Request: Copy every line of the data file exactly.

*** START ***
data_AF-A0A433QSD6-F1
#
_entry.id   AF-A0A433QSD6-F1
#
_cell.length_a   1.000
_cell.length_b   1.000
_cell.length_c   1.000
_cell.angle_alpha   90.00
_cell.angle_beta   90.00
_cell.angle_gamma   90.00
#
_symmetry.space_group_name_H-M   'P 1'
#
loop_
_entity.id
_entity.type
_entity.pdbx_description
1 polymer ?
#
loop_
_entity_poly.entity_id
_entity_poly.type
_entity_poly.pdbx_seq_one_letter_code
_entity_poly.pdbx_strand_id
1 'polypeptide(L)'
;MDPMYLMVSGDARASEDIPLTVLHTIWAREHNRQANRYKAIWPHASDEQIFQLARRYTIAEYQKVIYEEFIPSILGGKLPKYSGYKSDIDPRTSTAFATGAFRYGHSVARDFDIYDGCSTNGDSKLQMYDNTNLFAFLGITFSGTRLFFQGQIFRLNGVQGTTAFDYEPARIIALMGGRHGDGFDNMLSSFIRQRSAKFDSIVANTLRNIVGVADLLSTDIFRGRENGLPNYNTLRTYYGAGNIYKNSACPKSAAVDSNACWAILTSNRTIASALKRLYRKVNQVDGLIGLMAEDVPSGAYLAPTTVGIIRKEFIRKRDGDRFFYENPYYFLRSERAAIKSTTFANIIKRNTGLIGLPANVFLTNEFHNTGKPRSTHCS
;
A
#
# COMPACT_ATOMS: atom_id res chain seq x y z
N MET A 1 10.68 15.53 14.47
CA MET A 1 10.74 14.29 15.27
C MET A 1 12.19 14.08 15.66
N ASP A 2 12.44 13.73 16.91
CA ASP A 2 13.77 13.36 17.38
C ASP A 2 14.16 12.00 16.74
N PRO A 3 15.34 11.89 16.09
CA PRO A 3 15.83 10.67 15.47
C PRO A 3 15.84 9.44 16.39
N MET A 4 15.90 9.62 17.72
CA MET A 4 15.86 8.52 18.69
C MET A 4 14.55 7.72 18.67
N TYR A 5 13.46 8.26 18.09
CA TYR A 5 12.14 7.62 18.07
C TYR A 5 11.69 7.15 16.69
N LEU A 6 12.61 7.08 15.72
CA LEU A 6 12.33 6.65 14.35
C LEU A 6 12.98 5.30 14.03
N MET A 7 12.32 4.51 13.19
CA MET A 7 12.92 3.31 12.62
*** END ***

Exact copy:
data_AF-A0A433QSD6-F1
#
_entry.id   AF-A0A433QSD6-F1
#
_cell.length_a   1.000
_cell.length_b   1.000
_cell.length_c   1.000
_cell.angle_alpha   90.00
_cell.angle_beta   90.00
_cell.angle_gamma   90.00
#
_symmetry.space_group_name_H-M   'P 1'
#
loop_
_entity.id
_entity.type
_entity.pdbx_description
1 polymer ?
#
loop_
_entity_poly.entity_id
_entity_poly.type
_entity_poly.pdbx_seq_one_letter_code
_entity_poly.pdbx_strand_id
1 'polypeptide(L)'
;MDPMYLMVSGDARASEDIPLTVLHTIWAREHNRQANRYKAIWPHASDEQIFQLARRYTIAEYQKVIYEEFIPSILGGKLPKYSGYKSDIDPRTSTAFATGAFRYGHSVARDFDIYDGCSTNGDSKLQMYDNTNLFAFLGITFSGTRLFFQGQIFRLNGVQGTTAFDYEPARIIALMGGRHGDGFDNMLSSFIRQRSAKFDSIVANTLRNIVGVADLLSTDIFRGRENGLPNYNTLRTYYGAGNIYKNSACPKSAAVDSNACWAILTSNRTIASALKRLYRKVNQVDGLIGLMAEDVPSGAYLAPTTVGIIRKEFIRKRDGDRFFYENPYYFLRSERAAIKSTTFANIIKRNTGLIGLPANVFLTNEFHNTGKPRSTHCS
;
A
#
# COMPACT_ATOMS: atom_id res chain seq x y z
N MET A 1 10.68 15.53 14.47
CA MET A 1 10.74 14.29 15.27
C MET A 1 12.19 14.08 15.66
N ASP A 2 12.44 13.73 16.91
CA ASP A 2 13.77 13.36 17.38
C ASP A 2 14.16 12.00 16.74
N PRO A 3 15.34 11.89 16.09
CA PRO A 3 15.83 10.67 15.47
C PRO A 3 15.84 9.44 16.39
N MET A 4 15.90 9.62 17.72
CA MET A 4 15.86 8.52 18.69
C MET A 4 14.55 7.72 18.67
N TYR A 5 13.46 8.26 18.09
CA TYR A 5 12.14 7.62 18.07
C TYR A 5 11.69 7.15 16.69
N LEU A 6 12.61 7.08 15.72
CA LEU A 6 12.33 6.65 14.35
C LEU A 6 12.98 5.30 14.03
N MET A 7 12.32 4.51 13.19
CA MET A 7 12.92 3.31 12.62